Mushrooms are sexy for so many reasons. They can be used in sauces, side dishes or treated like a steak. They can be stuffed with all sorts of culinary love. They absorb marinades well and are great on the grill. But beware, not all mushrooms are this nice.
Some are poisonous:
A few species can kill you.
Some are toxic:
They may make you vomit or crap your pants.
Some are hallucinogenic:
Meaning they can induce a psychedelic experience. They taste like crap because they are cultivated in shit. Doesn’t that sound delicious? If you want an out-of-body experience, try some of my mushroom recipes (the edible kind!) on your next dinner date. I am sure you will have a more pleasurable experience (with her and the food) then you would on hallucinogens.
The most common edible mushroom you will find in your markets is the white mushroom. It’s mild in flavor and holds its shape well. White mushrooms are great for sauces and sides, and are inexpensive. Another common mushroom, the crimini (Italian) is tan to brown and has more flavor than its cousin the white mushroom. Portobello mushrooms are mature criminis, meaning they’re big. They’re great as a steak because they are very large and can absorb liquids well.
There is a debate on whether to wash your shrooms or not. Some chefs previously advised not to wash or soak mushrooms, but instead to clean them gently with a damp cloth or brush. However, star geek chic Chef, Alton Brown, or the “encyclopedia brown” of food has debunked the myth that mushroom absorb significant amounts of water when washed. Many chefs currently recommend rinsing off any dirt gently under running water in a colander—especially in light of where mushrooms are grown (in lots of dirty peat!). The one thing the chefs all do agree on, is that the mushrooms shouldn’t be washed until they’re ready to be prepared and eaten.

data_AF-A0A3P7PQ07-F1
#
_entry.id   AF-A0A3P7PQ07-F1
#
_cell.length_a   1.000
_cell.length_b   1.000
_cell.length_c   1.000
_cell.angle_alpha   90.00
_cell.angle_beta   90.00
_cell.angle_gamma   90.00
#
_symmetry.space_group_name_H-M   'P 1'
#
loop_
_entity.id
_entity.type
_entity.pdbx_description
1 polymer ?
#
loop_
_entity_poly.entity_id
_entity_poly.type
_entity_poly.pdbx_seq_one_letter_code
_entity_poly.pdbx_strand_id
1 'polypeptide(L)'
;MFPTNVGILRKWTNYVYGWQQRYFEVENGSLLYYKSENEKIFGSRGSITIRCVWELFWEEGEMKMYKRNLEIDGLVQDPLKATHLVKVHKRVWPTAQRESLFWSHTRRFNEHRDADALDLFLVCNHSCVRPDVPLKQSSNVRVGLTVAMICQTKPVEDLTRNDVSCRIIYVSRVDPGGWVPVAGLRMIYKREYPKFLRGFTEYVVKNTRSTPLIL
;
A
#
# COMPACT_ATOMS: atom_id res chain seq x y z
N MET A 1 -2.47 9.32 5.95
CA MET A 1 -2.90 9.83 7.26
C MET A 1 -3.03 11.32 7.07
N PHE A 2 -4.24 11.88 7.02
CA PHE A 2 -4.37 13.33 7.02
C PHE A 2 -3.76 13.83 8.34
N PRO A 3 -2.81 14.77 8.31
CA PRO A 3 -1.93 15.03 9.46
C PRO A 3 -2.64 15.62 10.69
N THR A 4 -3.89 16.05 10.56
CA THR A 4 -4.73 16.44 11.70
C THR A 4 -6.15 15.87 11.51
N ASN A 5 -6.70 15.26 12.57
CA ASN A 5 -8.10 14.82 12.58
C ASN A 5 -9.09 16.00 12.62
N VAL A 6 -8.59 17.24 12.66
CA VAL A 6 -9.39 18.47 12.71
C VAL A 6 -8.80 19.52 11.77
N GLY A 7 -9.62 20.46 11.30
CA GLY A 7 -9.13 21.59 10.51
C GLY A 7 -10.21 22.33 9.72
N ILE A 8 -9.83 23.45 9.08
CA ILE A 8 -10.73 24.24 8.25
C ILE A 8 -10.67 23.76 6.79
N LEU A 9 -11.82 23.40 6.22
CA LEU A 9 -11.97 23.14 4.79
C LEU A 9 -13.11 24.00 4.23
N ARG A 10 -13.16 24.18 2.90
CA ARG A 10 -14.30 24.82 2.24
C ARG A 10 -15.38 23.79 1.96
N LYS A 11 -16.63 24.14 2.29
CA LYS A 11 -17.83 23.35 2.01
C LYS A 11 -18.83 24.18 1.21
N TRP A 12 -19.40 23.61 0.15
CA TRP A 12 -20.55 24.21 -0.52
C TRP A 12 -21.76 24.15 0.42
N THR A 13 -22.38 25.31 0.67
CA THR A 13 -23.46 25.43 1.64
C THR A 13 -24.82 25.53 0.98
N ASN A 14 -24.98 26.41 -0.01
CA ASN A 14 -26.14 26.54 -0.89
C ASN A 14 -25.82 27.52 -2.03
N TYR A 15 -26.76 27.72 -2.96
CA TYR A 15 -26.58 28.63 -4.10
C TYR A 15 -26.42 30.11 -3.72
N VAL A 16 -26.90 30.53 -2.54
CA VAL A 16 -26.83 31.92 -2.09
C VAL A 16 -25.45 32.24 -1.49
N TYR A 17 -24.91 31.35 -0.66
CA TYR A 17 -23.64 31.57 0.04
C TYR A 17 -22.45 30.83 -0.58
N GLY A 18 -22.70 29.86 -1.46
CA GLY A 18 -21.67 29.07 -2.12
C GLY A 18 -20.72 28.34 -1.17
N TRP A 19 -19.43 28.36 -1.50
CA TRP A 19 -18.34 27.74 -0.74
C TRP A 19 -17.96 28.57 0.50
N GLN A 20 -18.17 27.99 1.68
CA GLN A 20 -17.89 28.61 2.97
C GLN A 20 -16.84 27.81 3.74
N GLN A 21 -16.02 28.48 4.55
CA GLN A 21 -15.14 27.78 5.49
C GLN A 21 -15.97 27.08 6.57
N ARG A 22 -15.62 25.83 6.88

My personal favorite mushrooms are the crimini and the elusive, yet sensational, black or white truffle. The brown crimini are common and cheap. Truffles are expensive and are used primarily in French and northern Italian cooking. They grow underneath oak trees in parts of Italy, France and Spain. Scent sniffing dogs or pigs are used to seek them out. Other parts of Europe harvest some truffles and China mass produces a truffle. To me, truffles have a sensual and delicate flavor. They can enhance dishes such as risotto, mac and cheese, and when infused with olive oil, a plethora of other foods. Try drizzling some truffle oil on your hamburger bun or in your scrambled eggs. Truffles are towards the top of my favorite ingredients. I have served all types of mushroom dishes to the ladies, and although the truffle is very romantic and may be “exotic” for some, a simple side dish of sautéed mushrooms will perfectly accent many entrées and make for a dandy evening.